RE: CIDR,Sprint and the Big Guys.

@ I think we all agree that CIDR is a good thing, I have no
@problems with it and feel that we should use it as best we can. The
@problems that I see, yes I know this has been said before, it is getting
@harder and harder for the little guy to get IPs from the Nic. Now that
@Sprint is saying that you now need a /16 to route over their network, I
@don't see the nic just handing out /16s like they did with the /19 or
@before that the /20s etc..

Yes CIDR is a good thing...unfortunately, it does not guarantee that the
net will grow and aggregate in a rational way. When coupled with the
"slow start" ISP policy, CIDR helps to rapidly fragment the IP address
space and in some cases causes poor IP address utilization all in the
name of "protecting the future of the Internet" or maybe "protecting the
Internet from ISPs".

@ And Just because I have nothing else to do, except work, sleep,
@work, internet, eat, work, sleep, I did some looking around.
@[21]/export/home/c/cnielsen> whois
@ Netblock: -
@ Here now shows that Sprint is getting a /15 from the nic and that
@they can now server more customers, move their ips around with little
@problem, etc. But what about some other ISP? Can they get a /15? Nope.

You have to face the fact that "THE Internet" as you know it has been turned over
to big demand, big money and big business. This will result in big government
stepping in to get the beast under control. If the government(s) do not step in,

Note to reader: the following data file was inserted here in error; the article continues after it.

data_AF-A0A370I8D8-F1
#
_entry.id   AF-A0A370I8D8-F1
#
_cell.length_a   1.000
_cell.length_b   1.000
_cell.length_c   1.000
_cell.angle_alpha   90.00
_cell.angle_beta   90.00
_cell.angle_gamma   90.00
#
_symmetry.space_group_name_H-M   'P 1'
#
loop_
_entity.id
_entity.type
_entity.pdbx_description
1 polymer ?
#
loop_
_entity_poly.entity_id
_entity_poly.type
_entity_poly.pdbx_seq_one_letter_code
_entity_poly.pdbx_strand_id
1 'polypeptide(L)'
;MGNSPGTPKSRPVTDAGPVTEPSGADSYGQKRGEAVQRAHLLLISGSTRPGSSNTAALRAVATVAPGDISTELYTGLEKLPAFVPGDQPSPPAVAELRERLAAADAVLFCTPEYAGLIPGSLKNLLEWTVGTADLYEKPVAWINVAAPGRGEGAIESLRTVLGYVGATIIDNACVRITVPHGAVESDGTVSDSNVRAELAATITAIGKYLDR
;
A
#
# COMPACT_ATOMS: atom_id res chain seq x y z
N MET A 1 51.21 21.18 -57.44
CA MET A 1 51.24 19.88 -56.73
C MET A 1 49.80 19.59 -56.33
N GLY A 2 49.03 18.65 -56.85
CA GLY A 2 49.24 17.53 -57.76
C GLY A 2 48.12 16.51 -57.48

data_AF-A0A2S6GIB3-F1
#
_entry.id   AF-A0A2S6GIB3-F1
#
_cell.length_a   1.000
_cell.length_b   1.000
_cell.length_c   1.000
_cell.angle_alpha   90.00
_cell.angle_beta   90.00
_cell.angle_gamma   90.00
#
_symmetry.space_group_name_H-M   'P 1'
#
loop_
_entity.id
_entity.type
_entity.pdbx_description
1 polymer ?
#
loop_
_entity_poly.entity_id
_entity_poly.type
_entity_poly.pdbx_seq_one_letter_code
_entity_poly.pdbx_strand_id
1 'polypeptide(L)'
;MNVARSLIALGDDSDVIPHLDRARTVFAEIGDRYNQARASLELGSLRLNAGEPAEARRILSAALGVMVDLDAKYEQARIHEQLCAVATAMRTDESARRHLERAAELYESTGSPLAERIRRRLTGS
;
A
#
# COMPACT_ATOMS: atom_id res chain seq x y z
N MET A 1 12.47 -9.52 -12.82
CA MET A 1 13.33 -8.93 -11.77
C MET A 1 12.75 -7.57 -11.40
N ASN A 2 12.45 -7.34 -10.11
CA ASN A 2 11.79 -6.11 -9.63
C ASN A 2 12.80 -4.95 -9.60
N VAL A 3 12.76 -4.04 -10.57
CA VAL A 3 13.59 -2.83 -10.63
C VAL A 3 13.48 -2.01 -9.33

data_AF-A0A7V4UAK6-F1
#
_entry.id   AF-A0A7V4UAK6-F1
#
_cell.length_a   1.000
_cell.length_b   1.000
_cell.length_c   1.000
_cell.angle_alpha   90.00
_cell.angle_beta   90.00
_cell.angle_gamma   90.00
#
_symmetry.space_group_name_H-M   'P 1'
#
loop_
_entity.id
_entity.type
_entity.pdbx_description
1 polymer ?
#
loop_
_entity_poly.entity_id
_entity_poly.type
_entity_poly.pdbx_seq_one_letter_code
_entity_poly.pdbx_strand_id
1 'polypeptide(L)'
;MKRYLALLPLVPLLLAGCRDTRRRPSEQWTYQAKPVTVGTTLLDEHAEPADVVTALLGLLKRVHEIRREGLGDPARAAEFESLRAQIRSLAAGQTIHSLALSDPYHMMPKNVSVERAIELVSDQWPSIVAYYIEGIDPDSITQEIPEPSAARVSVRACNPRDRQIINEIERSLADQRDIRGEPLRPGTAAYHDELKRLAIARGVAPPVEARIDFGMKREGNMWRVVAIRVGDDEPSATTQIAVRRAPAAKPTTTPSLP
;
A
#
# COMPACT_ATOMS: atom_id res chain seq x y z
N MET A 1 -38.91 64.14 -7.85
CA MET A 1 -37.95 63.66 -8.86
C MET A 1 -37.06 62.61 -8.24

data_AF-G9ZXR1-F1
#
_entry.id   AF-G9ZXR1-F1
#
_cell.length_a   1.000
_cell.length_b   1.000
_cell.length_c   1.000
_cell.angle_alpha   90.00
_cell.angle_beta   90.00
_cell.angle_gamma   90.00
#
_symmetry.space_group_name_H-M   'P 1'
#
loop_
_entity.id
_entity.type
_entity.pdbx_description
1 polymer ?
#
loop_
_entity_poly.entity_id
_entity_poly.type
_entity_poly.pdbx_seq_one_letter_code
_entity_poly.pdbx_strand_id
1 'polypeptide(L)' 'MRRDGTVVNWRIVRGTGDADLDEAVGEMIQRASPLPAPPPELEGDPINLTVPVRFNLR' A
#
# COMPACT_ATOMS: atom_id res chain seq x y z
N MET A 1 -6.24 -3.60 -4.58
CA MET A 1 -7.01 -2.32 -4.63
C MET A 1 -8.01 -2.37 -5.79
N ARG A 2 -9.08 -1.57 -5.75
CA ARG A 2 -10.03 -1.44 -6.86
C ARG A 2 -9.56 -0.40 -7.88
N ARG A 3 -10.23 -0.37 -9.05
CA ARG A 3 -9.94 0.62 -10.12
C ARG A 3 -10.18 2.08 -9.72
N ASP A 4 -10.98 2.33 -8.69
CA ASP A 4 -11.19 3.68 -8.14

we are going to have Cyber Wars never before experienced on the planet.

The people paying the admission (mostly consumers) will not tolerate these "wars"
and will have to turn to their government(s) for intervention. Politicians will thrive
on protecting the net from itself. Stay tuned for toll charges, taxes, certifications,
licensing, tariffs, and auditing.

@But I bet you that if Sprint wanted to or even MCI for that matter, they
@could get a /14 or a /13 from the nic.

They have to walk a fine line to look like good netizens while making sure
that they get their plates filled with ample helpings of resources. This is
sort of what happens when people stand in line at an "all you can eat buffet",
no one puts their face directly into the food or eats directly out of the serving
trays that would be "rude". Instead, some people stand in line, fill their plate
to the brim, and rush back to stand in line again. The management requests
that you "eat what you take". The food flows to those that can eat the fastest,
get back in line, and show a big empty plate plus a healthy appetite.

There is very little attention paid to how much food falls on the floor or is
passed to other parties. As long as the line keeps moving the food will keep
flowing. The management is just enforcing the policies which are clearly posted
on the walls.

@ How can we solve this problem? How can we make sure that everyone
@has equal access to IP addresses to make IP addresses usable around the
@Net, save on router memory etc? This is how I would do it.
@Christian Nielsen

Another possible solution is to "reinvent the net"...using the net...the Internet
can be used as a large bit transporter and a "new" Internet can be constructed
around the edges of the current net. Customers interested in gourmet foods
and a more relaxed atmosphere can be attracted to the side-walk cafes that
can be positioned around the busy buffet described above. The crumbs provided
by THE net can easily fuel the new net.

I believe that there are technical ways of doing this that do not require IPv6...
the key will be to provide specific market reasons for customers to move to
this new net...(i.e. better service, faster service, better food, etc.)

Keep in mind that, not everyone eats at buffets...

Where's your Internet Draft or RFC ?

Michael Dillon Voice: +1-604-546-8022
Memra Software Inc. Fax: +1-604-546-3049 E-mail: